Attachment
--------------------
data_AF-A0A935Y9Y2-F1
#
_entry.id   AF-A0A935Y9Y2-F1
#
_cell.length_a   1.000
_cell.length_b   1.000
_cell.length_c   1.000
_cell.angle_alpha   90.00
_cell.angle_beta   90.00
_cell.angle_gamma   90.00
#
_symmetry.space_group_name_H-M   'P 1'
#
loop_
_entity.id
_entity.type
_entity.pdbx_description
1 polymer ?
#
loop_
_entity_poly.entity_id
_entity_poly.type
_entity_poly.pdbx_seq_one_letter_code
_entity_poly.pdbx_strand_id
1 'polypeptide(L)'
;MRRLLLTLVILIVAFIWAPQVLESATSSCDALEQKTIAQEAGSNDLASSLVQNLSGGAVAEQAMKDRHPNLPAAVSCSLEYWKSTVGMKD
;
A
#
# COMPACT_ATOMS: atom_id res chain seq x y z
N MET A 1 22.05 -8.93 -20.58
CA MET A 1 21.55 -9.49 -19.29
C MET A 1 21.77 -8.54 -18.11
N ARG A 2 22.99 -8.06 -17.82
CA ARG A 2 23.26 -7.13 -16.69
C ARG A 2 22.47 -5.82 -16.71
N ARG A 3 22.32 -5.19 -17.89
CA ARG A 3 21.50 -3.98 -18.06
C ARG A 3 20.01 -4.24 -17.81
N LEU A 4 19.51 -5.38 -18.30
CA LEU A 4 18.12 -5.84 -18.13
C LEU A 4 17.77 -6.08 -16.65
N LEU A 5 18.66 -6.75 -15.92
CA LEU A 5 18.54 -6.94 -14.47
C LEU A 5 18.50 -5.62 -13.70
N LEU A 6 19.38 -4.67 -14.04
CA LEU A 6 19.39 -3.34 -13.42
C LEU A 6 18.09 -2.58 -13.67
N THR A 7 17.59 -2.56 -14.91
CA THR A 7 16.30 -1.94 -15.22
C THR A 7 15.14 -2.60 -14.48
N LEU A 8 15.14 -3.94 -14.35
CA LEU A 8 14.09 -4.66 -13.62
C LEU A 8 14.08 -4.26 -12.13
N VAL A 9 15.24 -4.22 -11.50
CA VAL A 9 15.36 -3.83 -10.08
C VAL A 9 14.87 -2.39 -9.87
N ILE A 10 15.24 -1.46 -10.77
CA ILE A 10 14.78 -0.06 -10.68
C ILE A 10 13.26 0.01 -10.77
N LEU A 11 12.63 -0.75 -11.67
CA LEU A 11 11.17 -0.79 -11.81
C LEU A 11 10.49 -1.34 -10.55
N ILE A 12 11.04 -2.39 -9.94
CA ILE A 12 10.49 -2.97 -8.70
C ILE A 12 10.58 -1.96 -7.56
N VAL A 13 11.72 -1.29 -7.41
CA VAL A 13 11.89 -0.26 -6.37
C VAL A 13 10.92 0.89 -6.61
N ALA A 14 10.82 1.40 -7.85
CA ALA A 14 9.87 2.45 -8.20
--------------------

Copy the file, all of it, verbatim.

data_AF-A0A935Y9Y2-F1
#
_entry.id   AF-A0A935Y9Y2-F1
#
_cell.length_a   1.000
_cell.length_b   1.000
_cell.length_c   1.000
_cell.angle_alpha   90.00
_cell.angle_beta   90.00
_cell.angle_gamma   90.00
#
_symmetry.space_group_name_H-M   'P 1'
#
loop_
_entity.id
_entity.type
_entity.pdbx_description
1 polymer ?
#
loop_
_entity_poly.entity_id
_entity_poly.type
_entity_poly.pdbx_seq_one_letter_code
_entity_poly.pdbx_strand_id
1 'polypeptide(L)'
;MRRLLLTLVILIVAFIWAPQVLESATSSCDALEQKTIAQEAGSNDLASSLVQNLSGGAVAEQAMKDRHPNLPAAVSCSLEYWKSTVGMKD
;
A
#
# COMPACT_ATOMS: atom_id res chain seq x y z
N MET A 1 22.05 -8.93 -20.58
CA MET A 1 21.55 -9.49 -19.29
C MET A 1 21.77 -8.54 -18.11
N ARG A 2 22.99 -8.06 -17.82
CA ARG A 2 23.26 -7.13 -16.69
C ARG A 2 22.47 -5.82 -16.71
N ARG A 3 22.32 -5.19 -17.89
CA ARG A 3 21.50 -3.98 -18.06
C ARG A 3 20.01 -4.24 -17.81
N LEU A 4 19.51 -5.38 -18.30
CA LEU A 4 18.12 -5.84 -18.13
C LEU A 4 17.77 -6.08 -16.65
N LEU A 5 18.66 -6.75 -15.92
CA LEU A 5 18.54 -6.94 -14.47
C LEU A 5 18.50 -5.62 -13.70
N LEU A 6 19.38 -4.67 -14.04
CA LEU A 6 19.39 -3.34 -13.42
C LEU A 6 18.09 -2.58 -13.67
N THR A 7 17.59 -2.56 -14.91
CA THR A 7 16.30 -1.94 -15.22
C THR A 7 15.14 -2.60 -14.48
N LEU A 8 15.14 -3.94 -14.35
CA LEU A 8 14.09 -4.66 -13.62
C LEU A 8 14.08 -4.26 -12.13
N VAL A 9 15.24 -4.22 -11.50
CA VAL A 9 15.36 -3.83 -10.08
C VAL A 9 14.87 -2.39 -9.87
N ILE A 10 15.24 -1.46 -10.77
CA ILE A 10 14.78 -0.06 -10.68
C ILE A 10 13.26 0.01 -10.77
N LEU A 11 12.63 -0.75 -11.67
CA LEU A 11 11.17 -0.79 -11.81
C LEU A 11 10.49 -1.34 -10.55
N ILE A 12 11.04 -2.39 -9.94
CA ILE A 12 10.49 -2.97 -8.70
C ILE A 12 10.58 -1.96 -7.56
N VAL A 13 11.72 -1.29 -7.41
CA VAL A 13 11.89 -0.26 -6.37
C VAL A 13 10.92 0.89 -6.61
N ALA A 14 10.82 1.40 -7.85
CA ALA A 14 9.87 2.45 -8.20